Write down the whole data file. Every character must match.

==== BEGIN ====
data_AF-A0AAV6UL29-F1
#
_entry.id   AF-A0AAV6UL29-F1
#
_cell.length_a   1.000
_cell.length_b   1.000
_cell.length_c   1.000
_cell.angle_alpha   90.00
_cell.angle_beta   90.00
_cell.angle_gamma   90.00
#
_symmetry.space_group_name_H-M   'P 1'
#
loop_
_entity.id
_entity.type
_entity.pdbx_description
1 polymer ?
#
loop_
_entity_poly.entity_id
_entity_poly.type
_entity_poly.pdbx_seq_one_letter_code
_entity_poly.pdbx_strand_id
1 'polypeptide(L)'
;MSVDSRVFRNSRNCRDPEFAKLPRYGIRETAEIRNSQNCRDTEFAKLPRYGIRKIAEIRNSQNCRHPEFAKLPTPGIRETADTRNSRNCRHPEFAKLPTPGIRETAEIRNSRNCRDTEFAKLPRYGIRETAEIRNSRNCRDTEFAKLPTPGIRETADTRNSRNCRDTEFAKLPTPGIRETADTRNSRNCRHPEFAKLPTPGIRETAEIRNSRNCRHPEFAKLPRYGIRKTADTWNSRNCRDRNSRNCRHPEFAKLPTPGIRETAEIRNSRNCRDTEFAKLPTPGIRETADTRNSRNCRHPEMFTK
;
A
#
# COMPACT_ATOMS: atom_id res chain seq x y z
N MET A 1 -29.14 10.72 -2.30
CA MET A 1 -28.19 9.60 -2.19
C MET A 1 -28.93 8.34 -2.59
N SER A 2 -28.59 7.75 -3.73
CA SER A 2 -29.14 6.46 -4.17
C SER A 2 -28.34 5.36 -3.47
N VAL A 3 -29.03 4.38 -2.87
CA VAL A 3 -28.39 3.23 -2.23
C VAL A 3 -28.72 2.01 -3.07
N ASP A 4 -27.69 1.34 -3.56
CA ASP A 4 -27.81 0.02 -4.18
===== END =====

data_AF-A0AAV6UL29-F1
#
_entry.id   AF-A0AAV6UL29-F1
#
_cell.length_a   1.000
_cell.length_b   1.000
_cell.length_c   1.000
_cell.angle_alpha   90.00
_cell.angle_beta   90.00
_cell.angle_gamma   90.00
#
_symmetry.space_group_name_H-M   'P 1'
#
loop_
_entity.id
_entity.type
_entity.pdbx_description
1 polymer ?
#
loop_
_entity_poly.entity_id
_entity_poly.type
_entity_poly.pdbx_seq_one_letter_code
_entity_poly.pdbx_strand_id
1 'polypeptide(L)'
;MSVDSRVFRNSRNCRDPEFAKLPRYGIRETAEIRNSQNCRDTEFAKLPRYGIRKIAEIRNSQNCRHPEFAKLPTPGIRETADTRNSRNCRHPEFAKLPTPGIRETAEIRNSRNCRDTEFAKLPRYGIRETAEIRNSRNCRDTEFAKLPTPGIRETADTRNSRNCRDTEFAKLPTPGIRETADTRNSRNCRHPEFAKLPTPGIRETAEIRNSRNCRHPEFAKLPRYGIRKTADTWNSRNCRDRNSRNCRHPEFAKLPTPGIRETAEIRNSRNCRDTEFAKLPTPGIRETADTRNSRNCRHPEMFTK
;
A
#
# COMPACT_ATOMS: atom_id res chain seq x y z
N MET A 1 -29.14 10.72 -2.30
CA MET A 1 -28.19 9.60 -2.19
C MET A 1 -28.93 8.34 -2.59
N SER A 2 -28.59 7.75 -3.73
CA SER A 2 -29.14 6.46 -4.17
C SER A 2 -28.34 5.36 -3.47
N VAL A 3 -29.03 4.38 -2.87
CA VAL A 3 -28.39 3.23 -2.23
C VAL A 3 -28.72 2.01 -3.07
N ASP A 4 -27.69 1.34 -3.56
CA ASP A 4 -27.81 0.02 -4.18